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Loving handmade

Apologies for the lack of posts in February – making, doing and organising for the wedding has entirely taken over my life and blogging has somewhat fallen by the wayside… fear not though, I’ll be making up for it in May by telling you about everything I’ve been making for the wedding, including a sewn bridal bag, a personalised guest book, paper table confetti, a sewn bridal wrap decorated with crocheted hearts, a decorated card box and more.

Alongwith wedding crafting, I’ve also been working on (paid!) commissions for Simply Crochet and The Sewing Directory. I’m not quite sure how I’ve squeezed it all in really…anyway, my latest make for The Sewing Directory has been this canvas messenger bag:

Sewn canvas messenger bag

Sewn canvas messenger bag

I really love messenger bags – I feel secure with it worn across the body, I like the way it sits on the hip, and it’s easy to get stuff in and out. They’re the perfect bag for me!

I’ve wanted to try my hand at making one for ages, and then my current messenger bag (the one in this post, here) started fraying so I knew it was time. I pitched it to The Sewing Directory and they said yes, so I got to work and I’m really pleased with the outcome.

It wasn’t easy and took me about a week to make it, while working out the pattern at the same time, and then another week to write out the pattern in detail from my scribbled notes and draw step-by-step diagrams that someone else could follow. But it’s a pattern I’m really proud of. The bag itself has also been getting a lot of attention – people can’t believe it when I say I made it (I always love that).

If you’re interested in making your own messenger bag, pop over to The Sewing Directory for the free instructions. What I don’t mention in the instructions, though, is the extra pocket that I added to make the bag perfect for me! When I travel on the bus, I always worry about losing my bus ticket and try to keep it in the same place every time – but that place is usually inside a pocket that’s inside my zipped-up purse that’s inside my zipped-up bag. It’s a Russian doll effect that makes it tricky to get the ticket out in a hurry if I’m late and the bus is arriving just as I am (yes, that happens more times than I’d like to admit). So I gave my bag a hidden outside pocket along the side – you can see it in this photo if you look for the extra stitching near the orange flower:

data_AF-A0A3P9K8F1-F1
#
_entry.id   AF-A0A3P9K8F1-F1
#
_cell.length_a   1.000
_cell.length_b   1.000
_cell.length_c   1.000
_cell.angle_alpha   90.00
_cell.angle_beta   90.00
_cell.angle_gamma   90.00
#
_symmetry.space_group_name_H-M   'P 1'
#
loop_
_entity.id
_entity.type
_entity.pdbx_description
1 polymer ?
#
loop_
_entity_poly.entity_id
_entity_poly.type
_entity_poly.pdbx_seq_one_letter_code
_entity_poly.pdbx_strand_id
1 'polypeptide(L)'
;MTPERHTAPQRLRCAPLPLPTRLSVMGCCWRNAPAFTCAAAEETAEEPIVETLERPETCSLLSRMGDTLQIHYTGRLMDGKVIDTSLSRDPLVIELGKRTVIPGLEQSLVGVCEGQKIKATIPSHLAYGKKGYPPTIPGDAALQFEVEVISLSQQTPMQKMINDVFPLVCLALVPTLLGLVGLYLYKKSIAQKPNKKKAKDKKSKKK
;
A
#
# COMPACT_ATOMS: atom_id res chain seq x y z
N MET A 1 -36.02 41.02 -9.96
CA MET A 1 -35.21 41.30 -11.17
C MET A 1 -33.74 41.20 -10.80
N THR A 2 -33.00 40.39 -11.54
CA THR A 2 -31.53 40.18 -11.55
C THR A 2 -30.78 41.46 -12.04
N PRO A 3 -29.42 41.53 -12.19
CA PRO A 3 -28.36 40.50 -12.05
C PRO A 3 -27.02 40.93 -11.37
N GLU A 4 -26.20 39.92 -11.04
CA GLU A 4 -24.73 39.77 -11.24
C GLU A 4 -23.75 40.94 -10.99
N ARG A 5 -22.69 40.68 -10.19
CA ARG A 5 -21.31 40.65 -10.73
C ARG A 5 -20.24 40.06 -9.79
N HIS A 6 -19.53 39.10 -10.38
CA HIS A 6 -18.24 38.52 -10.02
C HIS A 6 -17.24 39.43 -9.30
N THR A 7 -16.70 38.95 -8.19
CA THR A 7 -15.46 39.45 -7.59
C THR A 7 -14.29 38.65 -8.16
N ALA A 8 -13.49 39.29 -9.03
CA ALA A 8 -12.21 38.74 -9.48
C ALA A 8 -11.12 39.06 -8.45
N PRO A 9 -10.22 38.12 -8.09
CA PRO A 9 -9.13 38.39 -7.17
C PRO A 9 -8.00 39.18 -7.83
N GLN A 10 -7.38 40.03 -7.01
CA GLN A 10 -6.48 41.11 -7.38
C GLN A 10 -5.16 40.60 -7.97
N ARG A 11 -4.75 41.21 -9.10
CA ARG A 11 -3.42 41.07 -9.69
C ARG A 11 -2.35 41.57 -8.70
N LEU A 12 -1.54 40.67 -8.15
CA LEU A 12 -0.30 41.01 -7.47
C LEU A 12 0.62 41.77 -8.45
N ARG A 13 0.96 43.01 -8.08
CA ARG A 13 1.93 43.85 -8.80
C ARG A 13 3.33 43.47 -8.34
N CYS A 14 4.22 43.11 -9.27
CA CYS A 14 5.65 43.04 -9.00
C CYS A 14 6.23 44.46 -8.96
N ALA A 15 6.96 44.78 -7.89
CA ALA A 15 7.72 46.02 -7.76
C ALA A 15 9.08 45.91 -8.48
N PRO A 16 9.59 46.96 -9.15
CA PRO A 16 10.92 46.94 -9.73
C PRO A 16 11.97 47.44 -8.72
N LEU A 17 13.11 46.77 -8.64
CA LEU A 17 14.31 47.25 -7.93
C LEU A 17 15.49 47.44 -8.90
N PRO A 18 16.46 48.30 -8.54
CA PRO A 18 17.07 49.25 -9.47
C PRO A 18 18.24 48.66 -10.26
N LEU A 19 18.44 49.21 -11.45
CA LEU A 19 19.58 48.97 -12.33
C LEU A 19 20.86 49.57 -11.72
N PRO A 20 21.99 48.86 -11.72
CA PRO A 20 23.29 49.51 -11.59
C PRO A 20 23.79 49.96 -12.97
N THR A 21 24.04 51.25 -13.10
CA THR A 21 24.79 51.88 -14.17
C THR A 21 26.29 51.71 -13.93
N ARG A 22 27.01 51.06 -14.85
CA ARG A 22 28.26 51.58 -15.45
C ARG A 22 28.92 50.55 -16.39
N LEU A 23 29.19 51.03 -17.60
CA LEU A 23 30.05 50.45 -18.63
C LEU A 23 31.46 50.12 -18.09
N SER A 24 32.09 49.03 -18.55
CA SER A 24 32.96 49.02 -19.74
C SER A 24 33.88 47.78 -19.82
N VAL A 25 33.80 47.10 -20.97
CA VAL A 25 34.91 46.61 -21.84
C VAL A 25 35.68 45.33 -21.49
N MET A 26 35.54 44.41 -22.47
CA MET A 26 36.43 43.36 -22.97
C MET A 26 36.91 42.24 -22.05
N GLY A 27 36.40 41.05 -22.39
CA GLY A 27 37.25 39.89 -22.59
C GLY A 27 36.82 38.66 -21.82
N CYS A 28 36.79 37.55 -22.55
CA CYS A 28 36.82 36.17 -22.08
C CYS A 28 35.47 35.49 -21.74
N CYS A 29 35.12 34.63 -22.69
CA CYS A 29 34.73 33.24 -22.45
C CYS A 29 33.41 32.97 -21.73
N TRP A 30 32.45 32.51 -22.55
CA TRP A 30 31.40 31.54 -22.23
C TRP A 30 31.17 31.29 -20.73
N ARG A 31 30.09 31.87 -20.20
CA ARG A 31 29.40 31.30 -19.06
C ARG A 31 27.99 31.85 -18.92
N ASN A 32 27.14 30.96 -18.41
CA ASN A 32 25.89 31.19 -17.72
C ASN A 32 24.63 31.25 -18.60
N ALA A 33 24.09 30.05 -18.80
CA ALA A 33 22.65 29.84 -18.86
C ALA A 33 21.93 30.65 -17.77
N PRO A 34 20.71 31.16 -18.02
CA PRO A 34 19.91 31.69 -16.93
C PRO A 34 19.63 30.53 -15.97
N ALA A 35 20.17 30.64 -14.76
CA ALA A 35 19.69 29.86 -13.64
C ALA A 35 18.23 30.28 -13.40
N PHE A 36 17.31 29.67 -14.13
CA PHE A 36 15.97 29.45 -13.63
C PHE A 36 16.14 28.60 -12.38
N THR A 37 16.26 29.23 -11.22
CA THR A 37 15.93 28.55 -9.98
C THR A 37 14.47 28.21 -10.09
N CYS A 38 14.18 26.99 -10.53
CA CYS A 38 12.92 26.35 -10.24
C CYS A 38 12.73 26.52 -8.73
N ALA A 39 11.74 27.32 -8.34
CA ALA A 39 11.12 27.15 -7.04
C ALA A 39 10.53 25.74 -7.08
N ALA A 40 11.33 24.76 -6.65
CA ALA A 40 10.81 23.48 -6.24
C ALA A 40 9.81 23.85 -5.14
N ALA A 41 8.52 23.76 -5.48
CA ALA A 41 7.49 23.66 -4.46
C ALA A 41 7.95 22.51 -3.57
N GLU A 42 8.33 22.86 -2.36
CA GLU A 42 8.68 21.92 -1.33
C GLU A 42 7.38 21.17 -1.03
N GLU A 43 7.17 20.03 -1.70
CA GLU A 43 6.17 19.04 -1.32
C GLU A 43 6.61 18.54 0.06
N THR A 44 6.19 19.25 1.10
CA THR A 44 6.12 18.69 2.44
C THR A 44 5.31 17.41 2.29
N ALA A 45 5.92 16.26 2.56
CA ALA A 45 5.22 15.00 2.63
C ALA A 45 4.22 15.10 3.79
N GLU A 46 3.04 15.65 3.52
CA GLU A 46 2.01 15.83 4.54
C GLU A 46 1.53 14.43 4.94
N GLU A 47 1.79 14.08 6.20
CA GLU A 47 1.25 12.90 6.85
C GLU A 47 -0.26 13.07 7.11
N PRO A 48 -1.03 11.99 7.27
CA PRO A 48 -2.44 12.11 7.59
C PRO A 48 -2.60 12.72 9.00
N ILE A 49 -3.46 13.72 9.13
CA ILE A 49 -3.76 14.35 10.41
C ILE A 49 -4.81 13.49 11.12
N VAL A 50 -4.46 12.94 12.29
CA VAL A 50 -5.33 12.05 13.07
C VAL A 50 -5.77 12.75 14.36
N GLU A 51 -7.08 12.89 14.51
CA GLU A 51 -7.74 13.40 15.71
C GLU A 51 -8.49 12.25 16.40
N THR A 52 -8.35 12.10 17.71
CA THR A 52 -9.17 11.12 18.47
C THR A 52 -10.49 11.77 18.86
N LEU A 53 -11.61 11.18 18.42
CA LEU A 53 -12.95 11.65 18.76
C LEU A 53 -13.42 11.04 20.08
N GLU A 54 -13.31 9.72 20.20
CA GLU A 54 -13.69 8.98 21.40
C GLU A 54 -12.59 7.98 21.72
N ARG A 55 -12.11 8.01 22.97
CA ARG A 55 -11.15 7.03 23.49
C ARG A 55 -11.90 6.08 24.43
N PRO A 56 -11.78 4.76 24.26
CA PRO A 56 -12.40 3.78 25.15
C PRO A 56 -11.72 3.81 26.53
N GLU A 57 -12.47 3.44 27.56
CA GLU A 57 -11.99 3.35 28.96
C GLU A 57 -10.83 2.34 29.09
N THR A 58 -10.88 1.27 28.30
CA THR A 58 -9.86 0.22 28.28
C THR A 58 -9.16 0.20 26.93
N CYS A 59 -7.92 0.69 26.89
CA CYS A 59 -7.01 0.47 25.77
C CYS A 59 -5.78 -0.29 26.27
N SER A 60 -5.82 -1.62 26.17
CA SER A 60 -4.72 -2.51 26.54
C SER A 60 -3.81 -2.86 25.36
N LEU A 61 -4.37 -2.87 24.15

Hidden outer pocket

Hidden outer pocket

It was fun trying to line up the pattern on the two pieces of fabric to get that ‘hidden’ effect and I think I did a pretty decent job. I love having a special hidden bus ticket pocket – it’s perfect for me. I also added another little pocket inside for my house key (which I can never find when I need it!). It’s these sorts of little life-improving details that makes me love handmade!

And so onto another made-to-measure treat that I crocheted for Simply Crochet – these men’s colourwork mittens:

Crochet colourwork mittens

Crochet colourwork mittens

These fine mittens are modelled above by my other half (soon to be husband!) who happily got to keep them afterwards. He really did deserve them as well because I made them to fit his hands while we were on holiday in November – he tried them on so many times for me that I think he worked almost as hard as I did to help bring them to life!

I used a simple spike stitch wave pattern to create a manly argyle look (if you squint, you can see it much better!). He loves these mittens (I just checked with him and he does) because they’re soft and warm, they have a subtle pattern and obviously the fit is perfect. He’s worn them much more than the previous rainbow-coloured mitts that I knitted for him about 10 years ago, so I think that’s a success.

If you’re interested in the pattern, it’s in issue 41 of Simply Crochet magazine, which also features the pattern for my rainbow scarf:

Rainbow scarf

Rainbow scarf

I made this one a while back and blogged about it here. It’s one of my favourite ever scarves and I wear it all the time, so it’ll be great to see what creative effects other crocheters can achieve with the pattern.